We frequently take calls from concerned homeowners and potential buyers wanting to test a crawlspace for mold. Typically, we do not recommend testing a crawlspace for several reasons. A mold test is largely validated by how it compares to air samples taken outside.  Mold counts are compared to those naturally occurring in the outdoor setting to indicate if a home’s air has higher than normal occurrences. This is almost impossible to do in a vented crawlspace because of the exposure to outside air and the natural occurrence of mold in the dirt or gravel floor. Surface samples can provide some insight but not much in the way of overall crawlspace health. Surface samples consists of testing small areas of the crawlspace using an adhesive tape. Those results will indicate how much and what type of mold is present, but only in that exact spot. It is difficult to generalize those results to the crawlspace overall and the presence of some mold on those surfaces is to be expected. The best method for determining mold in a crawlspace is through visual inspection of the space. If mold is visible on several surfaces, wipes off relatively easily (unlike a stain) and can be attributed to a moisture source chances are good that the area needs remediated or steps should be taken to prevent the problem from worsening. A vapor barrier is a critical start to that process.

There are several options when considering replacing or installing a new vapor barrier. As mentioned above, a traditional barrier consists of 6mm plastic spread along the crawlspace floor. Seams are taped or overlapped depending on the space. An enhanced vapor barrier is also an option for spaces more prone to water entering along walls or foundations. This plastic is thicker (9mm reinforced) and covers the floor as well as a portion of the foundation walls. Plastic is attached along the wall but below vents to allow adequate air flow to the space. Finally, complete crawlspace encapsulation is an option for those interested in completely sealing off a space from outside air or moisture. In this case, the thick plastic covers the floor, walls and pillars. Vents are sealed to prevent outside air from entering. When encapsulating a crawlspace, it is important to take note of appliances that may be located under the home, the need for a dehumidifier, and how the home is insulated. Encapsulation is becoming the standard in new construction homes and is ideal when the right conditions are met.

For the health of your home and family, it is important to be aware of the condition of your crawlspace.  Take the time to venture under the house and look for signs of water damage, mold growth, or an inadequate vapor barrier. It can be difficult to spot problems if you aren’t sure what to look for. Keep an eye out for fallen or wet insulation and insulation that is installed paper side down. Check floor joists for evidence of water, sagging or soft spots caused by prolonged moisture exposure. Missing or torn vapor barriers. Remember, a vapor barrier that has been pulled to one side or does not cover the entire floor is a problem. Check vents to be sure they are not blocked by leaves or anything that can prevent proper air flow. Remove any trash and avoid using the space for extra storage. Trash can serve as additional food source for mold and contributes to torn and disturbed vapor barriers. If your crawlspace is prone to significant water intrusion following heavy rains or because of the home’s location consider installing a sump pump to quickly remove water. Be sure the sump pump is in location that the water will easily flow towards it and that it drains outside the crawlspace (yep, we’ve seen it) and to an area where the water will not easily reenter. Finally, inspect the crawlspace entrance to be sure it is properly closing to prevent water or animals from entering the space.  As always, if doing the crawl space army crawl isn’t your thing; call us and we’ll do the dirty work for you! We install all types of vapor barriers and can help correct mold problems that have occurred due to insufficient or lacking barriers.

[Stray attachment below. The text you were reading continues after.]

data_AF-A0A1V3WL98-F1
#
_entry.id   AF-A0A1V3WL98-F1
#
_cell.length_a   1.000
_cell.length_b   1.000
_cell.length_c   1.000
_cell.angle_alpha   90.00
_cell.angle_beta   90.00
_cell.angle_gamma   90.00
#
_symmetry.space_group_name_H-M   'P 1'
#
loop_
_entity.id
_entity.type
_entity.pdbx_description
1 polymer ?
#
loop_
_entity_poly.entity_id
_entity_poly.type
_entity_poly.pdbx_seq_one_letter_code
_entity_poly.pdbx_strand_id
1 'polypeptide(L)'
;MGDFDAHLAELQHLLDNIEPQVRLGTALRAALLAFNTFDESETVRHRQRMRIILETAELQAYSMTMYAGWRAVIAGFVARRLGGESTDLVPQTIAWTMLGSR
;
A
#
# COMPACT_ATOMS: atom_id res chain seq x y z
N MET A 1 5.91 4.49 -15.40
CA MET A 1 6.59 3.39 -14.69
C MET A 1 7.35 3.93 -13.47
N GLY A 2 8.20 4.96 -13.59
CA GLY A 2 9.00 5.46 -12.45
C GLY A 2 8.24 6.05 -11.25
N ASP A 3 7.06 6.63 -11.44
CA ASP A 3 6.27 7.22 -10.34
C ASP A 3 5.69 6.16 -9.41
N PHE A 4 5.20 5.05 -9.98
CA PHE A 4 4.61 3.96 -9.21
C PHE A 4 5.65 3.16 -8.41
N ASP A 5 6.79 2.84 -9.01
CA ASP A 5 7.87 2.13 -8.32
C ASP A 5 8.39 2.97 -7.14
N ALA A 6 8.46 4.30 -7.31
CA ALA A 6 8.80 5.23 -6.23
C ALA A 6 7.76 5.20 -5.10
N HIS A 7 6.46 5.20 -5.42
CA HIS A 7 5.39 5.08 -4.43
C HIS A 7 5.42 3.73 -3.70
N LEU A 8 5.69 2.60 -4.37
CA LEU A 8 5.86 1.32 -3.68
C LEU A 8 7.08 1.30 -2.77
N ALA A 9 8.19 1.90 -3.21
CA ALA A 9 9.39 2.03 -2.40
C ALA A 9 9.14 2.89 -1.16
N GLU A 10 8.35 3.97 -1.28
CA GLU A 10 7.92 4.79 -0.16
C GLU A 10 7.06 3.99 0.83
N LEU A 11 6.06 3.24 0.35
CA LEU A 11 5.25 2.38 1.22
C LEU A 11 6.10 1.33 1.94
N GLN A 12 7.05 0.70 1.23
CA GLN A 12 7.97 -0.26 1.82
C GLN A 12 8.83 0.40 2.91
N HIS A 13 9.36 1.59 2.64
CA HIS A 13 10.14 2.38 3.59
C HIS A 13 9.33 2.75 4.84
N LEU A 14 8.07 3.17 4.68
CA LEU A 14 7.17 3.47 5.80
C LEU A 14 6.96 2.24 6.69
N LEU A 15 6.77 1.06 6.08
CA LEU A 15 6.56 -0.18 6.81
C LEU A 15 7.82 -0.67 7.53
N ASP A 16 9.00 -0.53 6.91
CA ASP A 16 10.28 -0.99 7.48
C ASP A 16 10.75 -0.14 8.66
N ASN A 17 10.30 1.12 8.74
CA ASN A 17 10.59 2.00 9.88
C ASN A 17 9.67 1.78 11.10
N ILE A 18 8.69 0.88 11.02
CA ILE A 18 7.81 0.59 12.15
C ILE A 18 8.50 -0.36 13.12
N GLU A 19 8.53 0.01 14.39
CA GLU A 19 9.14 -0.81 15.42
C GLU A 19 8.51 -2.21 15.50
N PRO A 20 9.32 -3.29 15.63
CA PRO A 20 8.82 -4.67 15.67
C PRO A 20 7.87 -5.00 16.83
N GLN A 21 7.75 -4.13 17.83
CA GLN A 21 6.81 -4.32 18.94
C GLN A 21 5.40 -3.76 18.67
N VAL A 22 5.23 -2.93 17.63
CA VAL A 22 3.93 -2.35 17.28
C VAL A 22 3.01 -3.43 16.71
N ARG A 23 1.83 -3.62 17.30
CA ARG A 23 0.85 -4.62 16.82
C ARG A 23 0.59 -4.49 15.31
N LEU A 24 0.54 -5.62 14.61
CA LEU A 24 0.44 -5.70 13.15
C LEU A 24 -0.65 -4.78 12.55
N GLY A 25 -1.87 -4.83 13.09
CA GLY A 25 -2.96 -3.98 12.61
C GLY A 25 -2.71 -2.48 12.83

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Disinfection

We know our focus is usually on mold and how it relates to indoor air quality, but believe it or not, we know a thing or two about disinfection as well. The product involved in our mold remediation process is also an EPA registered disinfectant and so we are up to speed on proper techniques and products for disinfection. We are sharing some basics with you because…you know… 

First it is important to know the difference between cleaning and disinfecting a surface. Cleaning refers to removing germs and dirt from a surface. It is helpful in preventing the spread of bacteria and germs because it reduces the quantity of those things on a surface. Disinfecting, however, refers to the use of chemicals to kill germs and bacteria on surfaces. The best approach is to clean a surface followed by disinfection.